Optimized Workflow for Multiplexed Phosphorylation Analysis of TMT-Labeled Peptides Using High-Field Asymmetric Waveform Ion Mobility Spectrometry.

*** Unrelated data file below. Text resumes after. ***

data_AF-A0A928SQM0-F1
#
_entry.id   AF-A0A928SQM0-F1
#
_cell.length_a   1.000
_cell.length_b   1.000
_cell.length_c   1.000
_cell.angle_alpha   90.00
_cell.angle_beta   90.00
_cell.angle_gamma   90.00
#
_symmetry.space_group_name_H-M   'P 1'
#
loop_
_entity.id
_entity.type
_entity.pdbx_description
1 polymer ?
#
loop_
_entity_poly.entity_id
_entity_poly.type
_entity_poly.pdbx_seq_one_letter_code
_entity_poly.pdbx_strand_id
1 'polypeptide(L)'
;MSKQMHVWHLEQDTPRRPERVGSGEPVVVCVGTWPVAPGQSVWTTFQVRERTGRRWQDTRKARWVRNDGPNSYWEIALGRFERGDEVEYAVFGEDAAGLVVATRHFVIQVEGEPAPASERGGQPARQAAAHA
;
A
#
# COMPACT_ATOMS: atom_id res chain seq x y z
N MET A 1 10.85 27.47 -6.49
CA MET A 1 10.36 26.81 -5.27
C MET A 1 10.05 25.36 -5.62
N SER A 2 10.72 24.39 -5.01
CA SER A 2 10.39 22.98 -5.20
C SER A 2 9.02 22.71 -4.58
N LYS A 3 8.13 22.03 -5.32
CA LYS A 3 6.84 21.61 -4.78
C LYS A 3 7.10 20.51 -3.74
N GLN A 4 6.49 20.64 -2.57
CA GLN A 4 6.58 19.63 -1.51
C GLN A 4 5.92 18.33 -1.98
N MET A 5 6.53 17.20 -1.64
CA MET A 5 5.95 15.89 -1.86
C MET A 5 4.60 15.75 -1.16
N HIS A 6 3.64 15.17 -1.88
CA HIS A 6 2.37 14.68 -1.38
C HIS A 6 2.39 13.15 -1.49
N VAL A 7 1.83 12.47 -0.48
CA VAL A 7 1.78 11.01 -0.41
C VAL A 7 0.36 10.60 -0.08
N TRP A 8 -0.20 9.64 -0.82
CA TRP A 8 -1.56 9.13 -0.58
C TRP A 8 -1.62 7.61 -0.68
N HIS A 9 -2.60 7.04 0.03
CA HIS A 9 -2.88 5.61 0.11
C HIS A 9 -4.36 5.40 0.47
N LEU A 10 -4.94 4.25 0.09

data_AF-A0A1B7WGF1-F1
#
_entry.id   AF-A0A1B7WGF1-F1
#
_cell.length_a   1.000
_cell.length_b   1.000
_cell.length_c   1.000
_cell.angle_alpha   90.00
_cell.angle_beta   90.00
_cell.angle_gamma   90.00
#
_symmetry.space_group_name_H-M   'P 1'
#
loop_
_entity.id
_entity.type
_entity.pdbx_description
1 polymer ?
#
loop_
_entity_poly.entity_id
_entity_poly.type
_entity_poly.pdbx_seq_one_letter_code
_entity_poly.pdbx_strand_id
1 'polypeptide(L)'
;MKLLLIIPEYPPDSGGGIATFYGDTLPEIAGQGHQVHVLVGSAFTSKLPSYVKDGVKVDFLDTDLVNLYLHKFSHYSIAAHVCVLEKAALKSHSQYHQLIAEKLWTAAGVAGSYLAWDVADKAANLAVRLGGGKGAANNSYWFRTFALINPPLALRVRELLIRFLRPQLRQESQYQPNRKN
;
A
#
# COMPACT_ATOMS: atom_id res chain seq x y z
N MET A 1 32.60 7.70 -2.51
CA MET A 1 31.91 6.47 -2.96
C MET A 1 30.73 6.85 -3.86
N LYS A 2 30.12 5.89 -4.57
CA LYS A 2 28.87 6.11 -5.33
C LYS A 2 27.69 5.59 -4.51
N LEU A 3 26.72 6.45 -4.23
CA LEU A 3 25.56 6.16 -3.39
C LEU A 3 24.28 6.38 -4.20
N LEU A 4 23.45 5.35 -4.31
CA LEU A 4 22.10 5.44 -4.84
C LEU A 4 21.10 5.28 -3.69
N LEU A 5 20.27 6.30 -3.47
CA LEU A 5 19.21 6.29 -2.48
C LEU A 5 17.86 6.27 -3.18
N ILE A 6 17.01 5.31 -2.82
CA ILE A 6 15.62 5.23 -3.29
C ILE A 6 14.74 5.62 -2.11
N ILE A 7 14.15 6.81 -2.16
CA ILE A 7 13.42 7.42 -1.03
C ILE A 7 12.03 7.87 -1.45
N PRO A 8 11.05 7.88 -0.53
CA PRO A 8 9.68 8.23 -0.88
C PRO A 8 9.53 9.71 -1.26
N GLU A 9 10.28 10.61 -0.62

ABSTRACT: Phosphorylation is a post-translational modification with a vital role in cellular signaling. Isobaric labeling-based strategies, such as tandem mass tags (TMT), can measure the relative phosphorylation states of peptides in a multiplexed format. However, the low stoichiometry of protein phosphorylation constrains the depth of phosphopeptide analysis by mass spectrometry. As such, robust and sensitive workflows are required. Here we evaluate and optimize high-Field Asymmetric waveform Ion Mobility Spectrometry (FAIMS) coupled to Orbitrap Tribrid mass spectrometers for the analysis of TMT-labeled phosphopeptides. We determined that using FAIMS-MS3 with three compensation voltages (CV) in a single method (e.g., CV = -40/-60/-80 V) maximizes phosphopeptide coverage while minimizing inter-CV overlap. Furthermore, consecutive analyses using MSA-CID (multistage activation collision-induced dissociation) and HCD (higher-energy collisional dissociation) fragmentation at the MS2 stage increases the depth of phosphorylation analysis. The methodology and results outlined herein provide a template for tailoring optimized FAIMS-based methods.